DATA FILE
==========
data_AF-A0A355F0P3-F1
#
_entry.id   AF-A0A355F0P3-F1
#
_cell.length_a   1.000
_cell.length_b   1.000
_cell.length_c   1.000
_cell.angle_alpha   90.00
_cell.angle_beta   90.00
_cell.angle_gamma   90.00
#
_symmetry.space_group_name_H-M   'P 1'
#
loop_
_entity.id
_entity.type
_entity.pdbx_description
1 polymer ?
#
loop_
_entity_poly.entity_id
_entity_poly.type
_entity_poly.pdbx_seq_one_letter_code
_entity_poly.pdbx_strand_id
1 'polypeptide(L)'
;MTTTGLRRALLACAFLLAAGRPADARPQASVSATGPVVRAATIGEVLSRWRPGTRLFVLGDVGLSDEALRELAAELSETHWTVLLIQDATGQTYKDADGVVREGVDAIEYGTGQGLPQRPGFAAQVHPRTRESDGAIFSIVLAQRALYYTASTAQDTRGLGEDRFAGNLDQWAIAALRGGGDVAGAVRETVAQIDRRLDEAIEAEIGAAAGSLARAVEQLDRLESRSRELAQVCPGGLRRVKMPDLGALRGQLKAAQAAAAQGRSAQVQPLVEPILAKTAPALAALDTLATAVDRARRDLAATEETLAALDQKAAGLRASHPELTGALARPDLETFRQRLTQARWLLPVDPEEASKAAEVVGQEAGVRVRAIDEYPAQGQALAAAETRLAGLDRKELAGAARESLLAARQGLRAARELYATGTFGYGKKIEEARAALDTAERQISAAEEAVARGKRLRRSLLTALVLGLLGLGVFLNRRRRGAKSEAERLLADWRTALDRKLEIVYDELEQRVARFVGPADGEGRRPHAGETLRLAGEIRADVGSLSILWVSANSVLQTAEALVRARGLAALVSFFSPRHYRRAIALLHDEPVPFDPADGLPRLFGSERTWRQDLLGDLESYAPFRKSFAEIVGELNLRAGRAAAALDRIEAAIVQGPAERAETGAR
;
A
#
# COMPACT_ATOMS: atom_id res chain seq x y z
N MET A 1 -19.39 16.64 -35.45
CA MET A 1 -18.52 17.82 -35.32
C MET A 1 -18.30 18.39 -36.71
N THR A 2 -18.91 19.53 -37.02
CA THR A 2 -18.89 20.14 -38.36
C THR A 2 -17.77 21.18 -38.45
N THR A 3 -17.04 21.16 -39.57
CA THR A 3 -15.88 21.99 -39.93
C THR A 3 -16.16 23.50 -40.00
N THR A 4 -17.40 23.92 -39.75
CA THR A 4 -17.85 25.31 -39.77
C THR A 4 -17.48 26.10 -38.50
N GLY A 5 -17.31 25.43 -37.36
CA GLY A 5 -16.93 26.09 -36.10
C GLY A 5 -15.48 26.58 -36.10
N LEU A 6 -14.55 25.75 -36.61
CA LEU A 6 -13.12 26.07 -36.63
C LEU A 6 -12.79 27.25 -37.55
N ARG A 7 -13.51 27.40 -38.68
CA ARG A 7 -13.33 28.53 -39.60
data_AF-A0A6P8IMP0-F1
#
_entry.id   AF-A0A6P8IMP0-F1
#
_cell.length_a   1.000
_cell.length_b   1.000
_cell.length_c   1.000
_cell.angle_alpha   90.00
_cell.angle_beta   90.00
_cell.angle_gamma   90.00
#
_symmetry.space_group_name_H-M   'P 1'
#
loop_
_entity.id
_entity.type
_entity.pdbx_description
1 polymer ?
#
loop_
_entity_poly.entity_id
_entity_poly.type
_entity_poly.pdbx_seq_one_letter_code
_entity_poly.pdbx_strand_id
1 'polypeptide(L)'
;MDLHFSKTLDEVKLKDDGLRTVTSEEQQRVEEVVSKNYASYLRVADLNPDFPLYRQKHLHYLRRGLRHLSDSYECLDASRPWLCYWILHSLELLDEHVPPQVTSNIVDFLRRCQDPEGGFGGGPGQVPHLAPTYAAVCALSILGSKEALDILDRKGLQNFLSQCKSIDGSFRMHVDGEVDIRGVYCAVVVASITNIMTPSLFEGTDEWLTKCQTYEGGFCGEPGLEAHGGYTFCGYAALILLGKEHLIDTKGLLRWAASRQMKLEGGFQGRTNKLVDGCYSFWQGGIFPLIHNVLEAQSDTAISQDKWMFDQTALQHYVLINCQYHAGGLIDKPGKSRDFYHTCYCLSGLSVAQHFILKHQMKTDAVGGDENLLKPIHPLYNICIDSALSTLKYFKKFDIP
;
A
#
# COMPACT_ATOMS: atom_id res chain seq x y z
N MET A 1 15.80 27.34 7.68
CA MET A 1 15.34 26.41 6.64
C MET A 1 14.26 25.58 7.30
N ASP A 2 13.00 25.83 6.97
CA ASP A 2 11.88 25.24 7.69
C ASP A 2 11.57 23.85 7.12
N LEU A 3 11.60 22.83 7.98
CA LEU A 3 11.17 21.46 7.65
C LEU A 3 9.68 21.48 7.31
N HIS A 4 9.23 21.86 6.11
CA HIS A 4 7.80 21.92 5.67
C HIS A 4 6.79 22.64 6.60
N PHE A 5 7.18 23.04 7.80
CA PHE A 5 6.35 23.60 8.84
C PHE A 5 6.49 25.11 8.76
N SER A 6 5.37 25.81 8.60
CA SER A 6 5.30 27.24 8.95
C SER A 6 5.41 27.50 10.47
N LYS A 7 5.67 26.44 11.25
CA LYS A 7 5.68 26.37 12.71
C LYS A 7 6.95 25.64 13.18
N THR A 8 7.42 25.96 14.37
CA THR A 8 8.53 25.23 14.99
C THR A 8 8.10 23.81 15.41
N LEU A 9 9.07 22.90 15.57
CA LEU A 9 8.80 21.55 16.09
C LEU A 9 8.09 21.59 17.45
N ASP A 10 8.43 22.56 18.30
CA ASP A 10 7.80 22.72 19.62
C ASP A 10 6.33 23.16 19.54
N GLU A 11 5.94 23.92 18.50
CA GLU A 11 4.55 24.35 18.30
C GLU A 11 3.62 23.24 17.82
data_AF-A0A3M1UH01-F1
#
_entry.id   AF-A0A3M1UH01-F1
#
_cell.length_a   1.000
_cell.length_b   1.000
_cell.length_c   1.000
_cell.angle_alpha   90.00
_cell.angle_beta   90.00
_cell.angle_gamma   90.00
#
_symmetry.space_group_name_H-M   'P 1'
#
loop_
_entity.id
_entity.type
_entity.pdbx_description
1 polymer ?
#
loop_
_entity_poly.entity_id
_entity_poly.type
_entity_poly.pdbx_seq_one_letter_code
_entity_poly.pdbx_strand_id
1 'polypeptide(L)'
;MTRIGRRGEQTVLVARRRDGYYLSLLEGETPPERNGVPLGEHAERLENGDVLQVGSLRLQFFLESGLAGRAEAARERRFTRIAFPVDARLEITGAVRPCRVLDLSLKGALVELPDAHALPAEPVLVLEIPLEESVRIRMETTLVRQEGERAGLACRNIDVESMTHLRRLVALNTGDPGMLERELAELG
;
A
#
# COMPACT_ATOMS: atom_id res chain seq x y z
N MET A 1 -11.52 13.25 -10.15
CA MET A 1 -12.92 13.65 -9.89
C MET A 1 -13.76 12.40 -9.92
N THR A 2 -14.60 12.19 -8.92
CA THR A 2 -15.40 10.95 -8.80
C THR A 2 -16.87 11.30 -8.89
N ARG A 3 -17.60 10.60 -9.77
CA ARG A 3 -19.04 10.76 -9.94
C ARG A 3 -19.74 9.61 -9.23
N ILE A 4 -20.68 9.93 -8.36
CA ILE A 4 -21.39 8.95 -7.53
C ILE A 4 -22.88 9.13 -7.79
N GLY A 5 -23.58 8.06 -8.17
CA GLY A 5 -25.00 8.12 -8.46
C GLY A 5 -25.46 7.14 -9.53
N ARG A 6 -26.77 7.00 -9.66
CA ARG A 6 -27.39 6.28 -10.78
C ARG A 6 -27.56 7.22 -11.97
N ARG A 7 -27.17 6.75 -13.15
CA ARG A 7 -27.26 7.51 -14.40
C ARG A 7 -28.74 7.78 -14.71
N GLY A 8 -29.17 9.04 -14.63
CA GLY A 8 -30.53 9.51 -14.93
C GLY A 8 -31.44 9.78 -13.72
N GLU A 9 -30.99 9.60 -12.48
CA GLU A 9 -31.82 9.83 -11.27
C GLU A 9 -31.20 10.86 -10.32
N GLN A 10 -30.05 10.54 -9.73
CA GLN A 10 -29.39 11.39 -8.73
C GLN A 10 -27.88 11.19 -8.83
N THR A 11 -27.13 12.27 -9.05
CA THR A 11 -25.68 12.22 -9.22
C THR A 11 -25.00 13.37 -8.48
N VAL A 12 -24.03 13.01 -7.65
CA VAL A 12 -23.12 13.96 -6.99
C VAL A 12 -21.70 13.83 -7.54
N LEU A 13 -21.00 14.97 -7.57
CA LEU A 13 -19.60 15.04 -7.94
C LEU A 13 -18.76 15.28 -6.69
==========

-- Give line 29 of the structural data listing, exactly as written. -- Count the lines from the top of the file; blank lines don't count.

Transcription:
#